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The Impact Of Colonization by Multi Drug Resistant Bacteria on Graft Survival, Risk of Infection, and Mortality in Recipients of Solid Organ Transplant: Systematic Review and Meta-analysis

  • Author / Creator
    Almohaya, Abdulellah
  • Background: Colonization with multi-drug resistant bacteria (MDR) in solid organ transplant (SOT) recipients
    increases the risk of post-transplant bacterial infection. The impact of MDR colonization on graft survival and
    mortality is not well established.

    Methods: We searched PROSPERO, OVID Medline, Ovid EMBASE, Wiley Cochrane Library, ProQuest
    dissertations and Theses Global and SCOPUS, from inception until March 20, 2023. Cohort and case control studies with adult SOT colonized with Methicillin resistant Staphylococcus aureus (MRSA), Vancomycin- resistant Enterococci (VRE), Extended-spectrum beta-lactamase (ESBL), AmpC producing bacteria, carbapenem resistant Enterobacteriaceae (CRE), or MDR Pseudomonas were included. Pairs of reviewers screened abstracts and full studies for inclusion and extracted data independently. We used RevMan to conduct a meta-analysis using random-effects models to calculate the pooled odds ratio (OR) and 95% confidence interval (CI) for mortality, infection, and graft loss. We assessed statistical heterogeneity using I 2 statistic, bias assessment with Newcastle-Ottawa Scale (NOS) and rated the certainty of evidence using the Grading of Recommendations Assessment, Development, and Evaluation methodology. The protocol is registered with (CRD42022290011).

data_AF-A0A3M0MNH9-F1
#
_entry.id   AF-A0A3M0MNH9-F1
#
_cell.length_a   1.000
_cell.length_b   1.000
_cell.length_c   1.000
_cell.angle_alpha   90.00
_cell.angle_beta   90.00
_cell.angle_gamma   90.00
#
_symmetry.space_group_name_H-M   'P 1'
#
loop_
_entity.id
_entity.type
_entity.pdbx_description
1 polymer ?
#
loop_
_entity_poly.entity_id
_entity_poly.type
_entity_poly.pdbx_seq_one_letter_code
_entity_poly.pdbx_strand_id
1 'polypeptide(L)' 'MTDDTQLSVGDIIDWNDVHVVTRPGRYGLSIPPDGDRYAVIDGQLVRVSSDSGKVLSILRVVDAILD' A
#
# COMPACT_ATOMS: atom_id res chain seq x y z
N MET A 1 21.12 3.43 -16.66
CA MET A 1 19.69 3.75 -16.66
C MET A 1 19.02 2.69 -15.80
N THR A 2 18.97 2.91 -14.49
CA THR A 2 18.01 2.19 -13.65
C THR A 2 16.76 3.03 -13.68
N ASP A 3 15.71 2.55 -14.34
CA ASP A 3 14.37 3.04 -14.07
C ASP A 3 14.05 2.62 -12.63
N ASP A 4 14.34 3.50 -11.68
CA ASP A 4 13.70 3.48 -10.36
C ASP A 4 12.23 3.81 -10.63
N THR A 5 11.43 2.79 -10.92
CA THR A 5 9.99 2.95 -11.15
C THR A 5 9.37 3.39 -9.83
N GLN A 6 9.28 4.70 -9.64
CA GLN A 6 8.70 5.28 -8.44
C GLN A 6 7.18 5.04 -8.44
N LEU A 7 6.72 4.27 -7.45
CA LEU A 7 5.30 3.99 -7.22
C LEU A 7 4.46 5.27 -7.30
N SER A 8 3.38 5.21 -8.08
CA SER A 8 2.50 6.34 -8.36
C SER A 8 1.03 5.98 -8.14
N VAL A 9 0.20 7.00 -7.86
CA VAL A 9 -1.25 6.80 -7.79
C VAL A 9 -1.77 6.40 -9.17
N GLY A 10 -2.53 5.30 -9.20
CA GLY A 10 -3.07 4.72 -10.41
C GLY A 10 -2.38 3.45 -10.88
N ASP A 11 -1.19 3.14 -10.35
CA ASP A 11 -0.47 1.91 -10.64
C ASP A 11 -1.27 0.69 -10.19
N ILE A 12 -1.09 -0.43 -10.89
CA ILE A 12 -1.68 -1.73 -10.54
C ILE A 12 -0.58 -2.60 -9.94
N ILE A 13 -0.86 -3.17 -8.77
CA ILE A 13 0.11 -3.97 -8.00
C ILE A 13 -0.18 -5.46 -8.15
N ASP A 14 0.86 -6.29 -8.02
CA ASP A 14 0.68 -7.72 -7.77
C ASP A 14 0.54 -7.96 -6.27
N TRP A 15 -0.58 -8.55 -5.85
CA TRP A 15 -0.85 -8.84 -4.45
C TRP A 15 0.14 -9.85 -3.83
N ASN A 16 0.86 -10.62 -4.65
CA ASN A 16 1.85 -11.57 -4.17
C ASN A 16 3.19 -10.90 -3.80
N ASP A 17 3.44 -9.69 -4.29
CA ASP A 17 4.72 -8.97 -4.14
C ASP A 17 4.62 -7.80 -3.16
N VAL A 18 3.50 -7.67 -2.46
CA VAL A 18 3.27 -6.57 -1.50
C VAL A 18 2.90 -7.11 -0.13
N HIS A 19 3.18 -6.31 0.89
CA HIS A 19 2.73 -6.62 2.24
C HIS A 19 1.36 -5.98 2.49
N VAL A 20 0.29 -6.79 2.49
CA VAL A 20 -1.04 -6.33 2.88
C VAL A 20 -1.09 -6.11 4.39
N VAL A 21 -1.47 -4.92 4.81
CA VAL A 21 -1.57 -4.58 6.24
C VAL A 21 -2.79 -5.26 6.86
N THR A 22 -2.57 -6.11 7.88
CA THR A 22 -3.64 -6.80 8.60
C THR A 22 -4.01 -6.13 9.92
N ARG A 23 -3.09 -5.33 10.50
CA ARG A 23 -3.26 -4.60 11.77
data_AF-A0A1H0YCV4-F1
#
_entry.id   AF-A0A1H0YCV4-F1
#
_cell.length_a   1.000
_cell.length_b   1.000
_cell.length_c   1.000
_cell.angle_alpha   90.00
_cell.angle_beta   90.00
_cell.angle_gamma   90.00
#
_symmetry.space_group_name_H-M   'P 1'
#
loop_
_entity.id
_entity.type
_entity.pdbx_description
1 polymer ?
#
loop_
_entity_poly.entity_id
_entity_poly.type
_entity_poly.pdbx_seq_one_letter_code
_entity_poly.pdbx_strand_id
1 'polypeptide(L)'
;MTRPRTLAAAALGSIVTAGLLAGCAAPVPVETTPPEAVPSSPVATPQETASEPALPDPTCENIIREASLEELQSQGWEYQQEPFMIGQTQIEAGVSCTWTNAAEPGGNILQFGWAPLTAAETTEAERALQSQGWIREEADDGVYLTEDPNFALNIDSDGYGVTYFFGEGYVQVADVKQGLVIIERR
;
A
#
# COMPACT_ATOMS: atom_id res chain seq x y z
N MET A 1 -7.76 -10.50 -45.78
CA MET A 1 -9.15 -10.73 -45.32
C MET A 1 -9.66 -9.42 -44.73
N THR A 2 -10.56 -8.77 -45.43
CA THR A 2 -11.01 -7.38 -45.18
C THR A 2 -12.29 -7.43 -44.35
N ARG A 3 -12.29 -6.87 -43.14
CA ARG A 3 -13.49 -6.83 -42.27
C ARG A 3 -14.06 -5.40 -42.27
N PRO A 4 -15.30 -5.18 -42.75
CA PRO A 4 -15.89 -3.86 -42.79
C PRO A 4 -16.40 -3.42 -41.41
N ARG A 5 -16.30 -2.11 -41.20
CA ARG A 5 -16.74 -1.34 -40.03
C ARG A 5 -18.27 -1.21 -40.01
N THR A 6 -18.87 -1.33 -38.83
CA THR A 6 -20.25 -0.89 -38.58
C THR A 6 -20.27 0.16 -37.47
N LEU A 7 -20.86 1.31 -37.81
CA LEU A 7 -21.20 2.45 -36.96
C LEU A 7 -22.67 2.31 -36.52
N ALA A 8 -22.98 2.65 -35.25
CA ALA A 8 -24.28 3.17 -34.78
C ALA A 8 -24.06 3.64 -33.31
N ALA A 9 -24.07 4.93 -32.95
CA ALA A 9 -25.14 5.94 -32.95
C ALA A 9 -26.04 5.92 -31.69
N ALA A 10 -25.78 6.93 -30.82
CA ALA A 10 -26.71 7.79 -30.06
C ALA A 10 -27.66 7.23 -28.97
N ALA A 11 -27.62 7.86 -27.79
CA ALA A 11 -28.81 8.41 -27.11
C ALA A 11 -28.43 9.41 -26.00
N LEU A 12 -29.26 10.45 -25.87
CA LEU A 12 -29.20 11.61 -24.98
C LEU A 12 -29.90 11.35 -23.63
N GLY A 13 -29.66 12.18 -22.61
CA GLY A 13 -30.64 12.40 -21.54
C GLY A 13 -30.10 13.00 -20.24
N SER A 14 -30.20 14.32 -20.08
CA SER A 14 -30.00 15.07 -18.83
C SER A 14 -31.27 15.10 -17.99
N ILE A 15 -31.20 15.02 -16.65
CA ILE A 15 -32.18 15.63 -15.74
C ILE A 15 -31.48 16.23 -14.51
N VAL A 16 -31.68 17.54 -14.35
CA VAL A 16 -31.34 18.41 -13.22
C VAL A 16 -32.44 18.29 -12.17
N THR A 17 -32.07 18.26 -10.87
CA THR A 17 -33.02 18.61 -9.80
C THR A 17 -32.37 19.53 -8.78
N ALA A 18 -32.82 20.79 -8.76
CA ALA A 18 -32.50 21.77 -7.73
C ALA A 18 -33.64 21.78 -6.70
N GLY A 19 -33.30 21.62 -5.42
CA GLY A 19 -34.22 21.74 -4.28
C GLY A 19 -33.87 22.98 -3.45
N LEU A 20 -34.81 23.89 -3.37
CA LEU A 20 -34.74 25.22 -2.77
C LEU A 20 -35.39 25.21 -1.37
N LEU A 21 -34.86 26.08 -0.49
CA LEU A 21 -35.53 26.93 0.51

Results: A meta-analysis of 33 cohort and 6 case control studies included 4077 SOT recipients with MDR colonization. Liver transplant (25) and VRE colonization (14) studies constituted the most common organ and MDR bacterium, respectively. Death (OR= 2.35, 95%CI 1.63-3.38) and infection within one year (OR 10.74, 95%CI 7.56-12.26) were significantly higher among MDR colonized transplant recipients across all types of transplant (p<0.001 and I2= 58%). MDR colonization did not increase the risk of graft loss (OR=1.17, 95%CI 0.81-1.69; p=0.41, I2= 0%).

    Conclusion: We identified low certainty of evidence that MDR colonization in SOT increases the odds of infection and death but not graft loss. Actions for preventing of colonization in transplant candidates are warranted.

  • Subjects / Keywords
  • Graduation date
    Fall 2023
  • Type of Item
    Thesis
  • Degree
    Master of Science
  • DOI
    https://doi.org/10.7939/r3-vzg3-hm37
  • License
    This thesis is made available by the University of Alberta Libraries with permission of the copyright owner solely for non-commercial purposes. This thesis, or any portion thereof, may not otherwise be copied or reproduced without the written consent of the copyright owner, except to the extent permitted by Canadian copyright law.